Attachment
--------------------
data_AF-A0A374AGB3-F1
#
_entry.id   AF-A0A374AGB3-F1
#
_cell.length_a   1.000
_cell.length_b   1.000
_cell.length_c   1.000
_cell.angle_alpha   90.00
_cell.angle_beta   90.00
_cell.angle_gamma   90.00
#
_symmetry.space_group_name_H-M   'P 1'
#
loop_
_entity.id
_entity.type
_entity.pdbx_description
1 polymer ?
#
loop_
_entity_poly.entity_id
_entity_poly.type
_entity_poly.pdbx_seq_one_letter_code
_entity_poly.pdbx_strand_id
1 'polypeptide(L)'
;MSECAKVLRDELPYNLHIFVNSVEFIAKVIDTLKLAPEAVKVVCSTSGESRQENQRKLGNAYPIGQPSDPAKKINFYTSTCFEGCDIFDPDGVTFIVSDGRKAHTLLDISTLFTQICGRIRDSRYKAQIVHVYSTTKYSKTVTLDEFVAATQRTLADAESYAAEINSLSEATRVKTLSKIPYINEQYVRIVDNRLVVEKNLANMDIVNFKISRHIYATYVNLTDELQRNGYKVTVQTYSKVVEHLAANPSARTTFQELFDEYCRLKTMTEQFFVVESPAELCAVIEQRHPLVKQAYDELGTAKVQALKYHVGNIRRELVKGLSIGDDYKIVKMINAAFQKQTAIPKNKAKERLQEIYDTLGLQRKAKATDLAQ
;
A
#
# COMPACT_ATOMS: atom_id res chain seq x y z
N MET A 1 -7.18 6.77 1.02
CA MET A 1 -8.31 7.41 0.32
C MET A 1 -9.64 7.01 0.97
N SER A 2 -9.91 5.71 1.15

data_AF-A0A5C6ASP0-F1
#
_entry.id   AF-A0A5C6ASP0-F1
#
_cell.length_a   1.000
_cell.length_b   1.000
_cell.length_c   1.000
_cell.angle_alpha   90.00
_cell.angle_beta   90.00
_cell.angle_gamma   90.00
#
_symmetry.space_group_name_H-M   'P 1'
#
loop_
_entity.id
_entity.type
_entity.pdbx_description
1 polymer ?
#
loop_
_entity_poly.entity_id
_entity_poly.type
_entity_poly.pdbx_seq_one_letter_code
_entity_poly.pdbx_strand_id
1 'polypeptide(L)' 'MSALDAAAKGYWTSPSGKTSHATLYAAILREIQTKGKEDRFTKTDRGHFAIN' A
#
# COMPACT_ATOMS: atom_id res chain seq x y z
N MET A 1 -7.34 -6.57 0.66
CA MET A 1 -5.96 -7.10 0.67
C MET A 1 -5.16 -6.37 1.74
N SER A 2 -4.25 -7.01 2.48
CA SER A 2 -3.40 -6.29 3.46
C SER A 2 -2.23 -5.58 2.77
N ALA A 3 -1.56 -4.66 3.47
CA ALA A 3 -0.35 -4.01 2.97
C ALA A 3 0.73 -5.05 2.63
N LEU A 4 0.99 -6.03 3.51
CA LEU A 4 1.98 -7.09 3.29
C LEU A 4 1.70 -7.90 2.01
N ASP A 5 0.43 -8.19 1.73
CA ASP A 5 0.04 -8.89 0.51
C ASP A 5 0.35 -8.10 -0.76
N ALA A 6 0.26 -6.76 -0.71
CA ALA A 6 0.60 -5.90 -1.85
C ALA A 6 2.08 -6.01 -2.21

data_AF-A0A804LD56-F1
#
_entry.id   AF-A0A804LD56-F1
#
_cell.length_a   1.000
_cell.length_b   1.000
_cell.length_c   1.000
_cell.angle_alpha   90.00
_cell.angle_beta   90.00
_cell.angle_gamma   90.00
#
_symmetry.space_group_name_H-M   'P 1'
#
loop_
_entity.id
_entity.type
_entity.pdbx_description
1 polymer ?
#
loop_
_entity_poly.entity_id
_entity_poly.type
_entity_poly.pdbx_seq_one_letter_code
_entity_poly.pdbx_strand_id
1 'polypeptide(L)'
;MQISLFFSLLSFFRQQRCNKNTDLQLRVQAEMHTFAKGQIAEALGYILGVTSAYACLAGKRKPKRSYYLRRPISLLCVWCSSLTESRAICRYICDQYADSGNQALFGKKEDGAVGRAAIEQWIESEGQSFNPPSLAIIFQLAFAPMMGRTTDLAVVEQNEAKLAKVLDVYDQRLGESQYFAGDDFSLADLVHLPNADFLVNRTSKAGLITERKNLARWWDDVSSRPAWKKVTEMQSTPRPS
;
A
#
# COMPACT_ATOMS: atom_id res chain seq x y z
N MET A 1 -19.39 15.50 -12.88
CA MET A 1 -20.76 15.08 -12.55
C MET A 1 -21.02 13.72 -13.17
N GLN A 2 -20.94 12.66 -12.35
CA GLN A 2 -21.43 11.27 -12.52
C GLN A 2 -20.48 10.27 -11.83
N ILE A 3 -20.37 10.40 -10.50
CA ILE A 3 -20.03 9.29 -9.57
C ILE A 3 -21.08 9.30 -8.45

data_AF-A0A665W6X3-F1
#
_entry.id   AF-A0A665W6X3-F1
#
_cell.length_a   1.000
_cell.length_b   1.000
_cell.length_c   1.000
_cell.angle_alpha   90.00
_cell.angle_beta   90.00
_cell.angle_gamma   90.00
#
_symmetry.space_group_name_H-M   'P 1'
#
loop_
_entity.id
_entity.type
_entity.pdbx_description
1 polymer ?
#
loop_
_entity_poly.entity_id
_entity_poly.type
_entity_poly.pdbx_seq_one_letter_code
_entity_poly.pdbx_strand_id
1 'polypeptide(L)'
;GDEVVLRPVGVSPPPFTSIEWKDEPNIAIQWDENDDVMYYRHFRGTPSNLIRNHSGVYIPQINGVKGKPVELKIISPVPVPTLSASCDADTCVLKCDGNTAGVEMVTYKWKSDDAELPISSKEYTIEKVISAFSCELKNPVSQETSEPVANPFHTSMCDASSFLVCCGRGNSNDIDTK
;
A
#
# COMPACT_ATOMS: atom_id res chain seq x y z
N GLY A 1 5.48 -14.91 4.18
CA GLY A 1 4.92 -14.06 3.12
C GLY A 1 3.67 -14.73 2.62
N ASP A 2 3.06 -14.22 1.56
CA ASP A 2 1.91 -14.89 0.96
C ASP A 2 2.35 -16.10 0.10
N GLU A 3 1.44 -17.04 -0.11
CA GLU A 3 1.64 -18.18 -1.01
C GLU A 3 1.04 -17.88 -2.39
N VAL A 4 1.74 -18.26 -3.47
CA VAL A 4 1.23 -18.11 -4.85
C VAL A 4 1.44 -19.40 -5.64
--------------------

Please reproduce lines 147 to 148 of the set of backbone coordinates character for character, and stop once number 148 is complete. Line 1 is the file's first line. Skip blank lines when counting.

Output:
#
# COMPACT_ATOMS: atom_id res chain seq x y z